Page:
Cupisnique, Tembladera, Chongoyape, Chavín? A Typology of Ceramic Styles from Formative Period Northern Peru, 1800-200 BC

Burtenshaw-Zumstein, Julia (2014) Cupisnique, Tembladera, Chongoyape, Chavín? A Typology of Ceramic Styles from Formative Period Northern Peru, 1800-200 BC. Doctoral thesis, University of East Anglia.

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This thesis presents a typology for Formative Period ceramic styles from the Jequetepeque and adjacent valleys. The materials in question have historically been considered as Chavín or Coastal Chavín and more recently as Cupisnique, however, these terms remain vague and ill-defined. Other stylistic labels have also been applied (notably Chongoyape and Tembladera) but a lack of definition means that the use of these terms remains contradictory. Few attempts have been made to systematically consider let alone classify the artistic diversity of Formative Period North Peruvian ceramics. The first point raised in the course of this research is that not all these ceramics should be grouped under one monolithic label. There is a huge amount of diversity that can make generalised stylistic descriptions problematic. This research addressed this issue by using a quantitative multivariate approach. Statistical tests applied to the thesis dataset (c.900 ceramics) identified statistically significant combinations in the permutations used to classify variables such as chamber-shape, 3D-sculpting, handle-shape, spout-shape and spout-rim, the application of different kinds of paint, and the use of surface-texturing techniques, amongst others. The recurring of specific and mutually exclusive combinations of traits strongly indicates distinct manufacturing processes (chaînes opératoires) that in turn point to separate cultural traditions of ceramic-making. In particular, the identification and classification of two distinct handle-spout types and their consistent co-occurrence with other formal and decorative techniques are decisive in defining distinct ceramic styles. Within the Formative Period North Peruvian ceramic complex, two ceramic classes and seven types are thereby classified, plus a number of varieties. Through comparison with archaeological data, it was possible to assign some of these to geographical and/or chronological ranges, while also revealing a complex and fluctuating situation of ceramic-making and exchanging of techniques and motifs in the past.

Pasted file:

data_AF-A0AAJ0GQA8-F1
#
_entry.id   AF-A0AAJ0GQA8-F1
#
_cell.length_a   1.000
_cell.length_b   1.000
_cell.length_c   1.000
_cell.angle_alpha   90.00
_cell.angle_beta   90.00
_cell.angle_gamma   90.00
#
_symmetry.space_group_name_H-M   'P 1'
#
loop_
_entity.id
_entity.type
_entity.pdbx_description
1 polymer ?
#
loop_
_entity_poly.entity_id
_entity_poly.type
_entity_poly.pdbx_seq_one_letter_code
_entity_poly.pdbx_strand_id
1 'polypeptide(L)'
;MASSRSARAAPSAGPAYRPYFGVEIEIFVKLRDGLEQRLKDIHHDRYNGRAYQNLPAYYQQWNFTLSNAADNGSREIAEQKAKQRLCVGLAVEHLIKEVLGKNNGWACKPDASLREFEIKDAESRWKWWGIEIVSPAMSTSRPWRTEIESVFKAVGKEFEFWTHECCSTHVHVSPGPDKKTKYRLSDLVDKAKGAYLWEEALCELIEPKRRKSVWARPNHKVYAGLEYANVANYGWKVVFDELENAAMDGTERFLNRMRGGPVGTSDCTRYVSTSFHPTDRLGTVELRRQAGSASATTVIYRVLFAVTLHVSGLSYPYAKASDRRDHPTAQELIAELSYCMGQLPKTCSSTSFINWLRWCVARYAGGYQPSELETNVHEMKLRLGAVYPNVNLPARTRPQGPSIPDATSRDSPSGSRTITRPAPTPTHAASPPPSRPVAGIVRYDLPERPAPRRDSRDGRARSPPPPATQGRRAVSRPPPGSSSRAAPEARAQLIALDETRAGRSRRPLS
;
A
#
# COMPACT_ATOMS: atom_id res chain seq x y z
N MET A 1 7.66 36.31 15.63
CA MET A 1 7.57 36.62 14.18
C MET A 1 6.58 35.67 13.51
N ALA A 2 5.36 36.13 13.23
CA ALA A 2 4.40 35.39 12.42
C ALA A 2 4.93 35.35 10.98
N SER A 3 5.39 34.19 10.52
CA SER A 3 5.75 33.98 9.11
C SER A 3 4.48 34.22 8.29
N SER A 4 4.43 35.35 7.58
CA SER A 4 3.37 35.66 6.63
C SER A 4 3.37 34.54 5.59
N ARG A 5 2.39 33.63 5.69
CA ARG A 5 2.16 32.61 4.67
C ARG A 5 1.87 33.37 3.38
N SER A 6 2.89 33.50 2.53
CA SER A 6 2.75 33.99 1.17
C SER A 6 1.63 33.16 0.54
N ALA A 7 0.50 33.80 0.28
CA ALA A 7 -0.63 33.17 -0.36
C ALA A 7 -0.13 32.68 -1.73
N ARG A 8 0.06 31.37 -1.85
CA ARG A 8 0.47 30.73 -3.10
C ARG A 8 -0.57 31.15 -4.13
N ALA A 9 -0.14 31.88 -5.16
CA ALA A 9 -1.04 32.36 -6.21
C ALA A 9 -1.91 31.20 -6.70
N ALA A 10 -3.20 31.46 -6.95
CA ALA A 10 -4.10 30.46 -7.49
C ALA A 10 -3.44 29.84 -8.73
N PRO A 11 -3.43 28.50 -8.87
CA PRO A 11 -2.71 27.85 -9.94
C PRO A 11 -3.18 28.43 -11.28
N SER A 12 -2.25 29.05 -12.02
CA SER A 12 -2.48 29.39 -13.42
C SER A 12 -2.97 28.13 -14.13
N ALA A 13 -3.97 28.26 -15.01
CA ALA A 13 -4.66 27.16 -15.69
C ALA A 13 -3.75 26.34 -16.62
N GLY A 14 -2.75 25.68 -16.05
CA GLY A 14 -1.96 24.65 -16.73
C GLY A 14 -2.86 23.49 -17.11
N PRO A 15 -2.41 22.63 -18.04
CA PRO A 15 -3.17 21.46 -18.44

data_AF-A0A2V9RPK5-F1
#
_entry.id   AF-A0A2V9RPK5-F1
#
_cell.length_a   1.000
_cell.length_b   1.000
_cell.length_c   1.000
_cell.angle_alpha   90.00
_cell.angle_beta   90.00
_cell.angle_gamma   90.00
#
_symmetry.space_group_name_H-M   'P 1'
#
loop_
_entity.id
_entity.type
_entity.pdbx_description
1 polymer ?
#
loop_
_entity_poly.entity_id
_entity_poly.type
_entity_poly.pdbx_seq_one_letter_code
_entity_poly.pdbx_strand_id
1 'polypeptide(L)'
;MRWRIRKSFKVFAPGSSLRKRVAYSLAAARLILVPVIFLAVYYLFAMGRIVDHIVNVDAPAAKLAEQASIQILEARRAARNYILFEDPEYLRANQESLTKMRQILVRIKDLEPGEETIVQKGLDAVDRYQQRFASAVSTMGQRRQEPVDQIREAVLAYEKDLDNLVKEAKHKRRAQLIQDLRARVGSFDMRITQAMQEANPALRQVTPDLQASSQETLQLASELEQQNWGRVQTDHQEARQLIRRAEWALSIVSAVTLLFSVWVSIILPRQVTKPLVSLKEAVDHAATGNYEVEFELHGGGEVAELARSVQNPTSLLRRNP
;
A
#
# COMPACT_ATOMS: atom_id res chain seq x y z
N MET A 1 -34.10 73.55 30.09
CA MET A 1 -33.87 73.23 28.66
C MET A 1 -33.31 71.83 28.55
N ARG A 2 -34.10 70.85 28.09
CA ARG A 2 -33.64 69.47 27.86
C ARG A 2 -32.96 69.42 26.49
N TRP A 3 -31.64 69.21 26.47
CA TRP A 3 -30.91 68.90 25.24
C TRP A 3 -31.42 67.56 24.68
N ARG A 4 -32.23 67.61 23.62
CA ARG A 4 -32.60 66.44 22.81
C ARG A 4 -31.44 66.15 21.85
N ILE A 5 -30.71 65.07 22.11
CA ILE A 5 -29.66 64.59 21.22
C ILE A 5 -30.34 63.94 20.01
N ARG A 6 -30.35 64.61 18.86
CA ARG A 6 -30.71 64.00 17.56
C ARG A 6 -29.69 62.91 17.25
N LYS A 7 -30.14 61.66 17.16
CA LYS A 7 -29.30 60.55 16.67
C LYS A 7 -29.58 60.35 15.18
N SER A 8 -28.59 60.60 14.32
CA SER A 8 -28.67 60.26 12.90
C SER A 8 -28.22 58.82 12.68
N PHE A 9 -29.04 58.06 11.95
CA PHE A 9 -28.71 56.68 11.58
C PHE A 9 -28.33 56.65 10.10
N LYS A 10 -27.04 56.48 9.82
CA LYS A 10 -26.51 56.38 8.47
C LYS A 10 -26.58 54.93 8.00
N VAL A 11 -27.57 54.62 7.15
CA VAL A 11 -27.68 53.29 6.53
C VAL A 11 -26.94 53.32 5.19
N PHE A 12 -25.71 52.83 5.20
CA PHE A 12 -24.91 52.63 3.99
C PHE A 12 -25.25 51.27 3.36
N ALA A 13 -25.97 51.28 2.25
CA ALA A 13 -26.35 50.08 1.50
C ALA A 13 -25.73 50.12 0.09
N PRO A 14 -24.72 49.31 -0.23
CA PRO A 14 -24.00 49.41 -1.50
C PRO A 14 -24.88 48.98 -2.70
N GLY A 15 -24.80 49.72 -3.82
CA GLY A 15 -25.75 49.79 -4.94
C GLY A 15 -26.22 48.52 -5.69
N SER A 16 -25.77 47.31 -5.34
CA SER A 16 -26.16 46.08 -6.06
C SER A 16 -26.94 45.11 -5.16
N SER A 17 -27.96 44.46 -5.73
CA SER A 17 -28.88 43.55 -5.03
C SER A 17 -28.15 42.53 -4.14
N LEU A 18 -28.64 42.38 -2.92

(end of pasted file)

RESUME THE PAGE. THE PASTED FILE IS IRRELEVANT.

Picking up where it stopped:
Item Type: Thesis (Doctoral)
Faculty \ School: Faculty of Arts and Humanities > School of Art, Media and American Studies
Depositing User: Stacey Armes
Date Deposited: 17 Sep 2015 14:05
Last Modified: 17 Sep 2015 14:05

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